In 1609 when Henry Hudson sailed up the Hudson, there were about ten thousand Indians living on either side of the Hudson. According to E.M. Rutterber in Indian Tribes of Hudson's River to 1700, on the East bank the Mahicans held land from north of Albany to the sea including Long Island and east toward Connecticut. On the west bank, they occupied from the Catskills west to Schenectady where the territory of the Mohawks began. South of the Catskills there were the Minsis or Munsees, a tribe of the Lenni Lenapes whose territory extended south to the sea and west to the Delaware River. The Lenni Lenapes were also known as the Delawares.
In 1609 Henry Hudson was hired by the Dutch East India Company to explore a route around Siberia to the Orient. Unsuccessful there, he disobeyed orders to return and headed westward to investigate the possibility of a passage through North America. Hudson and his sailors discovered the Delaware Bay, and did not find the desired passage. He continued northward and sailed up the New York Bay and into the Hudson River and again found that there was no strait to be found. However, Hudson encountered his first Native Americans after anchoring along the Hudson River. He and his crew fished and bartered with the indians, the natives offering no violence. Hudson made his way back down the river cautiously trading with the natives that they encountered. When news reached Amsterdam of the high quality of furs that Hudson had traded with the Indians of the Hudson Valley, officials there sent more ships to trade these furs with the Natives and the fur trade in the Hudson Valley began.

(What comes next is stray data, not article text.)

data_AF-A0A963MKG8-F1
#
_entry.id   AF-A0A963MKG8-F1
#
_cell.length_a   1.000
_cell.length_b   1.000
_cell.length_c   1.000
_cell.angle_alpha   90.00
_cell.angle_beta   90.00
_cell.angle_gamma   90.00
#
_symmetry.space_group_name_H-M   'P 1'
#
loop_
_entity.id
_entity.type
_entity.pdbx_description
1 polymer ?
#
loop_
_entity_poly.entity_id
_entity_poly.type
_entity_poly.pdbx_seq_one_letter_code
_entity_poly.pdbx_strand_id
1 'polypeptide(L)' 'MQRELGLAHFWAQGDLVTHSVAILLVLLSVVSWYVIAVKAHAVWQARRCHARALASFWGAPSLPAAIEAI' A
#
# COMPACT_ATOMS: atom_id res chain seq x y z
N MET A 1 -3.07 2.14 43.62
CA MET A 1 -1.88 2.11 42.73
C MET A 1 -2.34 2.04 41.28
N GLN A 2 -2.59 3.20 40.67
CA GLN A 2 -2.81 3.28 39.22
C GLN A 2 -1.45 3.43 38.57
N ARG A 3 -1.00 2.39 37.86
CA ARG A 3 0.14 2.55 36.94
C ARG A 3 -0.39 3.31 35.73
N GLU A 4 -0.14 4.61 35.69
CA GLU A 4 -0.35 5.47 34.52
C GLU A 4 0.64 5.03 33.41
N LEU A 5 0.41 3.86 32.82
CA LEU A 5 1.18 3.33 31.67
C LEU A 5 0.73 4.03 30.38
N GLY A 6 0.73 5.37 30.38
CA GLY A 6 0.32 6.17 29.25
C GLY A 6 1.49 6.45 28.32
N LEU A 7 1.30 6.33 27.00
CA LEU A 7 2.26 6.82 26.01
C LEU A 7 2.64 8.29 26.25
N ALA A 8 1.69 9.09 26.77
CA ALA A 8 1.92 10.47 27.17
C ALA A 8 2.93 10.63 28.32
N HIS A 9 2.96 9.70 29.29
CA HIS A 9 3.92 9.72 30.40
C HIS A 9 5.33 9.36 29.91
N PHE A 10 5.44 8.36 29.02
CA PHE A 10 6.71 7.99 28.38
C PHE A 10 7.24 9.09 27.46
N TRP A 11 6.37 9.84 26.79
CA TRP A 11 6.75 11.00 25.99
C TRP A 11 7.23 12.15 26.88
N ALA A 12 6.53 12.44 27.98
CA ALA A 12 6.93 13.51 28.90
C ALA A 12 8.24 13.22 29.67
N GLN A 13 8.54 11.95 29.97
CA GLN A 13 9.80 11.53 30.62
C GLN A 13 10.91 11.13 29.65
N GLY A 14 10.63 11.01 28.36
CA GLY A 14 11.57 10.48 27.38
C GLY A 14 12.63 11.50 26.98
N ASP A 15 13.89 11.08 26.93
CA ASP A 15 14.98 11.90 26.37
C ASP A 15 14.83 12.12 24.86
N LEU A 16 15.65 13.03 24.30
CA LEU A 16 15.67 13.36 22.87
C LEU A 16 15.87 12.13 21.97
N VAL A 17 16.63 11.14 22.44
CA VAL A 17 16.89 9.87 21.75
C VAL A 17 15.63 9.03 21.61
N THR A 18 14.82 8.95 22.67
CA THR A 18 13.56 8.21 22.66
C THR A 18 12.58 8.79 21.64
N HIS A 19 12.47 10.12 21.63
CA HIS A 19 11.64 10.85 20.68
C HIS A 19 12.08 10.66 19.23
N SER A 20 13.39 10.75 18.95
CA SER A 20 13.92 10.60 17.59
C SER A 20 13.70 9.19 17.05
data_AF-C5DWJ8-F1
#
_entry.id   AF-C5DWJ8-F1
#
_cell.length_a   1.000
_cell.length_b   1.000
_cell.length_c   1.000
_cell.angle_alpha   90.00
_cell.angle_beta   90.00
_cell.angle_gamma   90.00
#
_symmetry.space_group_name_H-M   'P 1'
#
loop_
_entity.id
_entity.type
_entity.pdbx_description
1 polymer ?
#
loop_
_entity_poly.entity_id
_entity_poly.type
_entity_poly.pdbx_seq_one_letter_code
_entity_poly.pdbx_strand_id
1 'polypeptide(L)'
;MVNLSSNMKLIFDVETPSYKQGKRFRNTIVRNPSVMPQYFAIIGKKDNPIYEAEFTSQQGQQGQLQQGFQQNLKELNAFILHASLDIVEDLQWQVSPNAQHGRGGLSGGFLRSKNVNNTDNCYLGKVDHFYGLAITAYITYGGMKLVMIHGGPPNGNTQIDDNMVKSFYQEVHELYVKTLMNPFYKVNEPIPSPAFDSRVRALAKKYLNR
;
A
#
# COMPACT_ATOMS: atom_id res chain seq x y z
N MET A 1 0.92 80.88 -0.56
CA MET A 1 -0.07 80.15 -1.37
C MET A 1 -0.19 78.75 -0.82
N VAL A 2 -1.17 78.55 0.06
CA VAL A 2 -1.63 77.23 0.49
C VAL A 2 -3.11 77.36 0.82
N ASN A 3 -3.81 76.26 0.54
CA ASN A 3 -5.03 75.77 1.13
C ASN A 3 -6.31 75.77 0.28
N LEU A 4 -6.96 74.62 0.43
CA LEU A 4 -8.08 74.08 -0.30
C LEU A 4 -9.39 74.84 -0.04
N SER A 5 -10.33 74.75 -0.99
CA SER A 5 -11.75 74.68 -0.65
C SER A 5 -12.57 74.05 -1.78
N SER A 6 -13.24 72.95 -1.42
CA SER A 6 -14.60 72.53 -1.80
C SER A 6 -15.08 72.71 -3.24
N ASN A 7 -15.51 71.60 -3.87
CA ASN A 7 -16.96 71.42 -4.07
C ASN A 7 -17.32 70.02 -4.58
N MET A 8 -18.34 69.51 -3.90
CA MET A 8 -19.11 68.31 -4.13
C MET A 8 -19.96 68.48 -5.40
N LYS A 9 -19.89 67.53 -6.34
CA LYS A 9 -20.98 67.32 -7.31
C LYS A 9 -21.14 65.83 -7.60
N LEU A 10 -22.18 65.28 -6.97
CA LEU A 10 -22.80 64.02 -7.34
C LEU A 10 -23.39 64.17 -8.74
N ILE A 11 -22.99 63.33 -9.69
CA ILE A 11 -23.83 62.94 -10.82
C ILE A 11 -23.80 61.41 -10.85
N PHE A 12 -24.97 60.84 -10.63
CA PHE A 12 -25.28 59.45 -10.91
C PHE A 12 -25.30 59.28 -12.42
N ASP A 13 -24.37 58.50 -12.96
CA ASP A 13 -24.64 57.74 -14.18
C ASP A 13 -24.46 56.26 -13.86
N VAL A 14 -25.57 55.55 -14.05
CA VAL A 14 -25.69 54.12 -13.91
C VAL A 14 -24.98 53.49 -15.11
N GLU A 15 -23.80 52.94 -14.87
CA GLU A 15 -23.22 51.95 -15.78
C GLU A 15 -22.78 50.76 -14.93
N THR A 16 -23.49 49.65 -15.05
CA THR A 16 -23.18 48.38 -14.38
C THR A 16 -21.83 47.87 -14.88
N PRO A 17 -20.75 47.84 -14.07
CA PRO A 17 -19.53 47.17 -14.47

Once the Dutch began to settle the Hudson Valley, competition for land became fierce. By the end of the 1600's all of the tribes living near the Hudson had been decimated by small pox, which the settlers brought with them and wars with the Dutch. Many who survived moved west. By the end of the eighteenth century there were so few Indians, their villages were no longer noted on the maps.